With a total of 31 goals, Luis Suarez won the Golden Boot award for scoring the most Premier League goals during the 2013/14 season.
I felt it was unfair that it is only success that is recognized in the annual end of season awards circuit; surely it is right that glorious failure should be recognized too?
So in that regard I wanted to create an award for the worst finisher during the Premier League season.
We know that the Golden Boot is awarded to the player that scores the most goals during the league campaign. However, we can’t simply give our award, the Sodden Boot, to the player that scores the least goals. It seems reasonable then that in looking at how a player took his chances that we make reference to the quality of those chances, ie ExpG.
The Soden Boot
The Sodden Boot is to be awarded to the player that had the worst performance in converting their attempts at goal in the Premier League this season.
I decided the cut off should be 50 shots, so I’m only including players that had more than 50 shots (including headers) at goal and I am using a ratio of Goals : ExpG to rank the players.
I’m sure that most reading this article will be familiar with the concept of ExpG, but for those that aren’t please scroll down to the bottom of this article for some brief details.
2013 / 14 Table
For information purposes, I have included any player that achieved an actual goals total of less than 80% of the ExpG per our model.
The inaugural winner of the Sodden Boot is Ramires of Chelsea with a dismal return of just 1 goal from his 51 shots. Based on the quality of his chances, our model expected the Brazilian to score 5 goals which results in a Goals : ExpG ratio of just 20%.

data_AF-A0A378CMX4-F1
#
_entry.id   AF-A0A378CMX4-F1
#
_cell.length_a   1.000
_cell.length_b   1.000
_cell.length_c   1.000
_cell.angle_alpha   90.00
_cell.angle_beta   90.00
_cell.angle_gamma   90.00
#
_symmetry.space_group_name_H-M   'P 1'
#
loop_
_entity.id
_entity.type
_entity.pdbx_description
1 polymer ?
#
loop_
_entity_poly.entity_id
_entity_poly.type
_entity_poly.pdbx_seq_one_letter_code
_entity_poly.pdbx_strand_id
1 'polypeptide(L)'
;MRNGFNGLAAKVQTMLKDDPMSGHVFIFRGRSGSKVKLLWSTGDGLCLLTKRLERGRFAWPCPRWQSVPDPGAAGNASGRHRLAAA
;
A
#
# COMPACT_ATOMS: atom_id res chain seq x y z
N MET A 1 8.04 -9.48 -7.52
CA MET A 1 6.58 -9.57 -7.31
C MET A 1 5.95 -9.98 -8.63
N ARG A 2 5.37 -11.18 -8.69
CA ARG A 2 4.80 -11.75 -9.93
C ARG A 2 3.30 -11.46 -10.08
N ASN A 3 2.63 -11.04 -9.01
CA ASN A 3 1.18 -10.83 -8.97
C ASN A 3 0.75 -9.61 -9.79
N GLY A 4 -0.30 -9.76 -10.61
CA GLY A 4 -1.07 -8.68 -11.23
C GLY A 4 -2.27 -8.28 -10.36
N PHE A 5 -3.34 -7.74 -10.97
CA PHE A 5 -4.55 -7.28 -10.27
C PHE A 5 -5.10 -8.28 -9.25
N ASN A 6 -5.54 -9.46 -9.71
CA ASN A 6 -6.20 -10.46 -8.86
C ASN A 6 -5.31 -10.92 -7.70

The following curve helps us realise how much of an outlier scoring just 1 goal from a sample of shots with a total ExpG of more than 5 is:
Ramires’ total of 1 goal is the red data point. Based on 10,000 simulations of the shots he took, Ramires should have scored more than 1 goal almost 98% of the time.
With his shots having an average ExpG value of 0.10 we can see that he wasn’t shooting from bad locations.
With just 12 of his 51 shots on target (24%) the Brazilian “Running Man” can’t even claim that he was unlucky in terms of opposition keepers performing heroics.
No, quite simply he just had a shocker in front of goals.
To be fair to Ramires, he has some previous form in this regard:
Many felt that West Ham’s season took a turn for the better with the return from injury of Andy Carroll. I’m on record as saying that I feel it’s more a case that Carroll’s return coincided with West Ham riding the upswing of volatility and variance. In either case he certainly didn’t add many goals to the West Ham team.
The appearance of the Spurs trio of Soldado, Townsend and Paulinho towards the top of the Sodden Boot table serves as a cursory summary of AVB’s time in charge of Spurs. The poor guy just couldn’t buy a goal.
For a man who was presumably bought to score goals, Nikica Jelavic is perched much too close to the top of that table for anyone’s liking, most of all Steve Bruce’s.